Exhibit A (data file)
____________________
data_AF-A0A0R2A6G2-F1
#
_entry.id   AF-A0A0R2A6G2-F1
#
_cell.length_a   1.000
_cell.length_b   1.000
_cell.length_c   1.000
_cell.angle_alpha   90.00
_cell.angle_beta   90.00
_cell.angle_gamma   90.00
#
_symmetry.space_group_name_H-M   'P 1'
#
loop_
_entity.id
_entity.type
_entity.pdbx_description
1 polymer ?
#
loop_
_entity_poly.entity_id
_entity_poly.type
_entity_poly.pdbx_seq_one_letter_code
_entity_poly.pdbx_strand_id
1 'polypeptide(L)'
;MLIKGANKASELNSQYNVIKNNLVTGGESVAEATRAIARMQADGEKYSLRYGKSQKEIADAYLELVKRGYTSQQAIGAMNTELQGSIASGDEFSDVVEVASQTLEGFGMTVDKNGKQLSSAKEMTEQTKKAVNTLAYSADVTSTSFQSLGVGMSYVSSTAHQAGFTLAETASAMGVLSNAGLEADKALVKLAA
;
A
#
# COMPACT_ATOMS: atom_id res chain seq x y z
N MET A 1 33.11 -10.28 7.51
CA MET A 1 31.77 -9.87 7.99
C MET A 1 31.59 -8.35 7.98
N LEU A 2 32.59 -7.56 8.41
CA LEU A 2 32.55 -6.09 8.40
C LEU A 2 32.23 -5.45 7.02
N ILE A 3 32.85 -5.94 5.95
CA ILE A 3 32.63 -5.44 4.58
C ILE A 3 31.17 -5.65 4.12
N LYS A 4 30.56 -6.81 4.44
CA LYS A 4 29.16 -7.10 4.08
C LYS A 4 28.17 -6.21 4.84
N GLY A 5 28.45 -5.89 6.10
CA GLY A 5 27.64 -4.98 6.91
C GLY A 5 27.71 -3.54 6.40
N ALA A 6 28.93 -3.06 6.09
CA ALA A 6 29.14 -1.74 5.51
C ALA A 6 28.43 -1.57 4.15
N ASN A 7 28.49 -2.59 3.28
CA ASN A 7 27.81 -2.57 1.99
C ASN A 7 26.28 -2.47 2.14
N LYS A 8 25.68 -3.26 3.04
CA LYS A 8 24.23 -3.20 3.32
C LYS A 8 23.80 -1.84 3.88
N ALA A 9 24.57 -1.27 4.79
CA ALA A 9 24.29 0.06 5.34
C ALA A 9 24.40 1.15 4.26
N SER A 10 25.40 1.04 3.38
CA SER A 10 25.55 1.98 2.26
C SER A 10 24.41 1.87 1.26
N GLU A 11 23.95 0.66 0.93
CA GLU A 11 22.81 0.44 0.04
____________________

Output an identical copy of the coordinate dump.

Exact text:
data_AF-A0A0R2A6G2-F1
#
_entry.id   AF-A0A0R2A6G2-F1
#
_cell.length_a   1.000
_cell.length_b   1.000
_cell.length_c   1.000
_cell.angle_alpha   90.00
_cell.angle_beta   90.00
_cell.angle_gamma   90.00
#
_symmetry.space_group_name_H-M   'P 1'
#
loop_
_entity.id
_entity.type
_entity.pdbx_description
1 polymer ?
#
loop_
_entity_poly.entity_id
_entity_poly.type
_entity_poly.pdbx_seq_one_letter_code
_entity_poly.pdbx_strand_id
1 'polypeptide(L)'
;MLIKGANKASELNSQYNVIKNNLVTGGESVAEATRAIARMQADGEKYSLRYGKSQKEIADAYLELVKRGYTSQQAIGAMNTELQGSIASGDEFSDVVEVASQTLEGFGMTVDKNGKQLSSAKEMTEQTKKAVNTLAYSADVTSTSFQSLGVGMSYVSSTAHQAGFTLAETASAMGVLSNAGLEADKALVKLAA
;
A
#
# COMPACT_ATOMS: atom_id res chain seq x y z
N MET A 1 33.11 -10.28 7.51
CA MET A 1 31.77 -9.87 7.99
C MET A 1 31.59 -8.35 7.98
N LEU A 2 32.59 -7.56 8.41
CA LEU A 2 32.55 -6.09 8.40
C LEU A 2 32.23 -5.45 7.02
N ILE A 3 32.85 -5.94 5.95
CA ILE A 3 32.63 -5.44 4.58
C ILE A 3 31.17 -5.65 4.12
N LYS A 4 30.56 -6.81 4.44
CA LYS A 4 29.16 -7.10 4.08
C LYS A 4 28.17 -6.21 4.84
N GLY A 5 28.45 -5.89 6.10
CA GLY A 5 27.64 -4.98 6.91
C GLY A 5 27.71 -3.54 6.40
N ALA A 6 28.93 -3.06 6.09
CA ALA A 6 29.14 -1.74 5.51
C ALA A 6 28.43 -1.57 4.15
N ASN A 7 28.49 -2.59 3.28
CA ASN A 7 27.81 -2.57 1.99
C ASN A 7 26.28 -2.47 2.14
N LYS A 8 25.68 -3.26 3.04
CA LYS A 8 24.23 -3.20 3.32
C LYS A 8 23.80 -1.84 3.88
N ALA A 9 24.57 -1.27 4.79
CA ALA A 9 24.29 0.06 5.34
C ALA A 9 24.40 1.15 4.26
N SER A 10 25.40 1.04 3.38
CA SER A 10 25.55 1.98 2.26
C SER A 10 24.41 1.87 1.26
N GLU A 11 23.95 0.66 0.93
CA GLU A 11 22.81 0.44 0.04